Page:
Opening the lines of communication between client and designer leads to unlimited creative possibilities.
By Marti Naughton
Bold. Exciting. Elegant. Innovative. Corporate. Hip. A client may use any or all of these words when communicating a project to a designer. But what does the designer hear? The client may think bold means make it red, but a designer would think about changing the typeface, the illustration style, and yes, even the color. You can save a lot of time, frustration, and money if you realize that you and your designer think differently and keep your communication lines open.
How do you as a client effectively communicate with a designer so you are both on the same page when it comes to the design of your project? First, realize that a designer does more than just make something pretty. The designer’s goal is to visually interpret (communicate) your message to the audience whether it be a brochure, a banner, or a building wrap. The information you provide is critical to the success of that message.
Briefing a designer
So you’ve hired a designer and you’re ready to begin your project. What happens next? Most designers need to understand the big picture before they can create a design that really fits your needs. They’ll want to know everything about your company, your product, your competition, your market, current market trends, your marketing plans, and how this project fits into it—even what colors you like and don’t like. The more information you can give a designer the better.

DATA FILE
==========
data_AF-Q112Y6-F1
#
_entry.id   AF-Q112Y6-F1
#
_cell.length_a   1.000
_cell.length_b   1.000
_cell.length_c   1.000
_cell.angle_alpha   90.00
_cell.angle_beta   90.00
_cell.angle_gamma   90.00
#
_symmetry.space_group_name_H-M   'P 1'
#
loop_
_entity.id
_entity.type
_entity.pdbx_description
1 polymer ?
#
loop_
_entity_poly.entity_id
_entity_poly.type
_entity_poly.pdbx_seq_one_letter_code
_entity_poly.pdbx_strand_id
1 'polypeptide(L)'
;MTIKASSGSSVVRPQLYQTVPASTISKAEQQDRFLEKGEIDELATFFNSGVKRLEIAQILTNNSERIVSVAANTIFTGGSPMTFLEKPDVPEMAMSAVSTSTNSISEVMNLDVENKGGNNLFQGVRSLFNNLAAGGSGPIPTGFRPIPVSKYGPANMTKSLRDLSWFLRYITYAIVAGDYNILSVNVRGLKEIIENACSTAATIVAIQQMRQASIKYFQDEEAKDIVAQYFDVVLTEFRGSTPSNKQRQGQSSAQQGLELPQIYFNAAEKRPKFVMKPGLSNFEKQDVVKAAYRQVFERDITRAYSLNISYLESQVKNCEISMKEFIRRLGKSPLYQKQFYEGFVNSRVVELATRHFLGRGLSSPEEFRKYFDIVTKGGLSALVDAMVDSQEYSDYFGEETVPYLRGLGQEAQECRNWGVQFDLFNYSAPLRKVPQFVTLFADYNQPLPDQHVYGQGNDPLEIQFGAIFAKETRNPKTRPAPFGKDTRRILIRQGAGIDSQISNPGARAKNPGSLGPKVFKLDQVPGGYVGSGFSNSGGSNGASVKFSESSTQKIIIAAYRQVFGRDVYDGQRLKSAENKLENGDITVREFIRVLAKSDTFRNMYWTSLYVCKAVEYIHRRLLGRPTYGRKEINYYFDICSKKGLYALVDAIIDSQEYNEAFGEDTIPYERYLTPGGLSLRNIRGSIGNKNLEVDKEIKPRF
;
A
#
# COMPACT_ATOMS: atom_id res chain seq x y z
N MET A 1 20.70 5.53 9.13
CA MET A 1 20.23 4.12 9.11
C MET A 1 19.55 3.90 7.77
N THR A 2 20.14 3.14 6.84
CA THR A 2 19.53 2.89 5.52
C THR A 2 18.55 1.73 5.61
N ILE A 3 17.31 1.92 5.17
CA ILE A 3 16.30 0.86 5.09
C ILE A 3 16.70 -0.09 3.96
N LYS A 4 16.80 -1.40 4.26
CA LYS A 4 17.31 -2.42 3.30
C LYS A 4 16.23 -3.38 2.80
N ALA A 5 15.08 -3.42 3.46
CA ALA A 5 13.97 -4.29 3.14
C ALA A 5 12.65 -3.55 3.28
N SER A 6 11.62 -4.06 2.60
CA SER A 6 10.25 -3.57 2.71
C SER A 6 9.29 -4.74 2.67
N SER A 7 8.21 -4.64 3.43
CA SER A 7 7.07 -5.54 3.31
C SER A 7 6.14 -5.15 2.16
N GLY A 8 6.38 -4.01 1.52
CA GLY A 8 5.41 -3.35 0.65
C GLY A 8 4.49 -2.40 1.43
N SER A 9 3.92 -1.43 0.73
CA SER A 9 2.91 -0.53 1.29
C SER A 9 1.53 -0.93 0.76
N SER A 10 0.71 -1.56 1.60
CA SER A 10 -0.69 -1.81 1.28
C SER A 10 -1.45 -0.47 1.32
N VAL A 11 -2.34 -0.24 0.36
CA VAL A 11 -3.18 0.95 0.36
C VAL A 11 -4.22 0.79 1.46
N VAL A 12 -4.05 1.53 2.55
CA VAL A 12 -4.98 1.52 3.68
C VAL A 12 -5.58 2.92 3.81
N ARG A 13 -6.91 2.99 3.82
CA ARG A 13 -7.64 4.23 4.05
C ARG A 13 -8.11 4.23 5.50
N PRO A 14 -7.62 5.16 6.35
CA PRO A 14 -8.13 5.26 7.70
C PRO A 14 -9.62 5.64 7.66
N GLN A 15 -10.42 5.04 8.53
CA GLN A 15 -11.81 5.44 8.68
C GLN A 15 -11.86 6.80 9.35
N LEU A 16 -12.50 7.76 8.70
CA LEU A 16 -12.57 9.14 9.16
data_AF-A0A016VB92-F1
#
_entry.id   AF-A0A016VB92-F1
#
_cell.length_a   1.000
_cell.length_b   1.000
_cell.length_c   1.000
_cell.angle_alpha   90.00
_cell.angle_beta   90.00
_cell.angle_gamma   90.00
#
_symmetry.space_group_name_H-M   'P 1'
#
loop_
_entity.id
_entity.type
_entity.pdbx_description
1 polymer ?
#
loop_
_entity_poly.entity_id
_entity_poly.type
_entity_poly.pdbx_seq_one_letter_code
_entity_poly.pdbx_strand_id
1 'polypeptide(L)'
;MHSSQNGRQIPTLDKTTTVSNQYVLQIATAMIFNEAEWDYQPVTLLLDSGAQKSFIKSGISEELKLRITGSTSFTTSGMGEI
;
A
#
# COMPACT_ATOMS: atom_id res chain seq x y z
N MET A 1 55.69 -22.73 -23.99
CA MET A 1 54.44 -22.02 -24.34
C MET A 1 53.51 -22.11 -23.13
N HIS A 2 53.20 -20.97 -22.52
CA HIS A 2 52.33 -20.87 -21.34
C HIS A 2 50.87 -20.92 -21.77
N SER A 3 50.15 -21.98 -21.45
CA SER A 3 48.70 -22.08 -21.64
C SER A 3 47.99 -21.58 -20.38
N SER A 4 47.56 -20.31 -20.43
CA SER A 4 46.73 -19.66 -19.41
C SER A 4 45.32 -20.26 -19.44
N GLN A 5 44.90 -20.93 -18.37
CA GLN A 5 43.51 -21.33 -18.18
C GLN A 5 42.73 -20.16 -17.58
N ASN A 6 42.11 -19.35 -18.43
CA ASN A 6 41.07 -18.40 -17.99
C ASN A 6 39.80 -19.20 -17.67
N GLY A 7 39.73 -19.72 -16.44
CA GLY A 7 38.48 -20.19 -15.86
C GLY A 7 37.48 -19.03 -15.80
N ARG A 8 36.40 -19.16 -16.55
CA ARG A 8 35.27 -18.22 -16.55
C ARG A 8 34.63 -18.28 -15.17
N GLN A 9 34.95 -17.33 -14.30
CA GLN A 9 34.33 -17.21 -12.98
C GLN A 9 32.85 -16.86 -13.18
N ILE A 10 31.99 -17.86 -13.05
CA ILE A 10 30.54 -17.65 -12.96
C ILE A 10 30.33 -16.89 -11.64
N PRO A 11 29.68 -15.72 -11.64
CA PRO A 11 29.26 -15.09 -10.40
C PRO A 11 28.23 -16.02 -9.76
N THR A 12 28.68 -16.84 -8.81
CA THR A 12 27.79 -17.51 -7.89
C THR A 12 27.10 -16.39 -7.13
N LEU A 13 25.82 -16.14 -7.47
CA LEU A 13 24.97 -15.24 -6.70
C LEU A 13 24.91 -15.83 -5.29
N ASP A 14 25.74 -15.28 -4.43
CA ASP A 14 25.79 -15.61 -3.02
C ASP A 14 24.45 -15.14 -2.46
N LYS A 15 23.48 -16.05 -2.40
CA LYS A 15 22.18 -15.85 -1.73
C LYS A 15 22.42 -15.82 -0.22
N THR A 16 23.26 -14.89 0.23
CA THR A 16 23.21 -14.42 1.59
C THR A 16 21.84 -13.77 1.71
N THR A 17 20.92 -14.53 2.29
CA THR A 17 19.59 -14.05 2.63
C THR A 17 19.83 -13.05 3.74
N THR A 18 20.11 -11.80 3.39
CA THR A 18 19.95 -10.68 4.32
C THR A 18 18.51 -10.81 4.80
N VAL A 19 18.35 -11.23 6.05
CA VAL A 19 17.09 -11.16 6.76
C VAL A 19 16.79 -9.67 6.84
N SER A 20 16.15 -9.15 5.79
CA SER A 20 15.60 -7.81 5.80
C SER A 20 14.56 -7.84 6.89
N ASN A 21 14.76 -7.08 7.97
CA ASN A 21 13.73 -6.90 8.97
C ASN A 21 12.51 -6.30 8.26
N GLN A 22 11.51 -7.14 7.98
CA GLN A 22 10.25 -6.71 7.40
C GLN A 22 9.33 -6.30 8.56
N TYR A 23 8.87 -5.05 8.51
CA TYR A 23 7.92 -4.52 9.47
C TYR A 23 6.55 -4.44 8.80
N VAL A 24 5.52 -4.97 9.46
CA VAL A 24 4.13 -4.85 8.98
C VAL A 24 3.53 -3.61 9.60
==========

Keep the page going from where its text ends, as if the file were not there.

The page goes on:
A good place to start is the design brief, a written document that explains the project in detail. Then everyone has the same information. Make sure you include the basics such as answers to questions like the following:
- Who is the target audience?
- What is the project?
- Where or how is the project going to be used?
- When is the project due?
- Why is this project important?
Of course, you’ll also need information about the budget, contact person, the approval process, and other details. The next step is to discuss the project in-depth with the designer.
Show and tell
Once you’ve taken care of the basics, it’s time to get down to business. There are many things a designer considers before coming up with the right solution. The designer needs to get a feel for your needs, understand where you’ve been graphically, and where you want to go. He or she also needs to know that what you say is what you mean. If you want a retro design, do you want 60s, 70s, or 80s retro? If you say you want a clean, dynamic yet thoughtful design what exactly does that mean?
One way bridge the gap between client and designer language barrier is to show examples of things you like or, just as important, don’t like. Copies of your current materials are a must. You can also gather ideas from magazines, websites, or other sources. These examples will give you a visual place to begin your dialogue and hopefully give you a common ground on which to build your relationship. Once you’ve established a common vocabulary (or can communicate comfortably), you’ll be able to open yourselves up to endless creative opportunities that will benefit both you and the designer.